And the other part of our evening? The kids took turns running him too. With their less than ideal cueing and timing... but that's okay. I was able to watch and see what cues Griffin was responding to (and not) to figure out what unintentional cues I might be providing or where he is still needing work on cues. How did Griffin handle this? He was fairly responsive, more handler-focused than with me, kept trying to enguage them despite no food on hand, and did read sloppy rear cross cues.

Griffin is so much fun. We also played with (obedience) directed jumping. It has been a while since we've had a training session on that, but he remembered what we were going for. We need more distance between the jumps and from where we start/end.... but we're getting there and do have plenty of time. That silly stand for exam is what we need to work on!

Friday, June 12, 2009

Over, not Under!

When Griffin was a puppy we played lots of "go under the chair" and "go under the table" games. Now, Griffin likes to go under.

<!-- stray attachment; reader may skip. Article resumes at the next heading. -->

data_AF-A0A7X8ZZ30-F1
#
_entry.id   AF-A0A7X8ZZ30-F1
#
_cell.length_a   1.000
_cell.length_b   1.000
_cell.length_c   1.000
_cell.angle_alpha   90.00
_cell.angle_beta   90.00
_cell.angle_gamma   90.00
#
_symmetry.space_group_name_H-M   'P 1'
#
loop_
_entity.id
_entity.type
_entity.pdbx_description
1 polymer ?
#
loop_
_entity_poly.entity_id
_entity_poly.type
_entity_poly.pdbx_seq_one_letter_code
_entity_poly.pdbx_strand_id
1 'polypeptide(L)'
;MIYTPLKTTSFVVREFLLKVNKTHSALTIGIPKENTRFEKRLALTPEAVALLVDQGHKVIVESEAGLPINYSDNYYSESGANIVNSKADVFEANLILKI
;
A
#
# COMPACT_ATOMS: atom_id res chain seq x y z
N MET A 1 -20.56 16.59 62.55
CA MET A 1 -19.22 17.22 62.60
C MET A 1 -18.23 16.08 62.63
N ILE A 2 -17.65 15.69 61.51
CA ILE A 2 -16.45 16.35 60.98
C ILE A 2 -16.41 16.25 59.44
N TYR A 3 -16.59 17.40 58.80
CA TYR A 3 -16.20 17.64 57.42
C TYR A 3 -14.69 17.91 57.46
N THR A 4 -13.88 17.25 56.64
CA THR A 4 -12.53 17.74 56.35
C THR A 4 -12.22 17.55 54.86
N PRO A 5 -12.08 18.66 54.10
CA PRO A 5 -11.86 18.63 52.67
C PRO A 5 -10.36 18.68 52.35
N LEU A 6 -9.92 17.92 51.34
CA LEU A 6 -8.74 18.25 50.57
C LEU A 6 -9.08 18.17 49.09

This week I decided it was time to learn that jumps are for going over. He has been taught that it's good to "Go between the jump standards" but we hadn't yet added the height aspect. Every few repetitions, I would raise the jump bar. He learned it was good to go over the bar.

I added handler motion, and as I should have predicted, his performance deteriorated to going under the bars. We lowered the bars and gradually raised him.

After a couple sessions he is now happy and reliable with going over the bars. We probably won't do much more jumping for a few months to give him some more time to physically grow up.

Now, back to contacts and obedience.

This is a picture from our camping trip...right before Griffin started rolling around like a silly dog.

Thursday, June 4, 2009

People and Animals

This week's reading has been Made for Each Other . It's not easy reading, but it's fabulous! The author explores the science about why people enjoy animals and the neurochemicals involved. What? There are all sorts of chemical reactions that can impact the types of interactions we have with our animals? Yes.

I haven't finished yet, but I'm getting there. Different people have different interactions with their animals and this book is making me think about why that may be. Our animals are very good for us, and possibly more than most people know.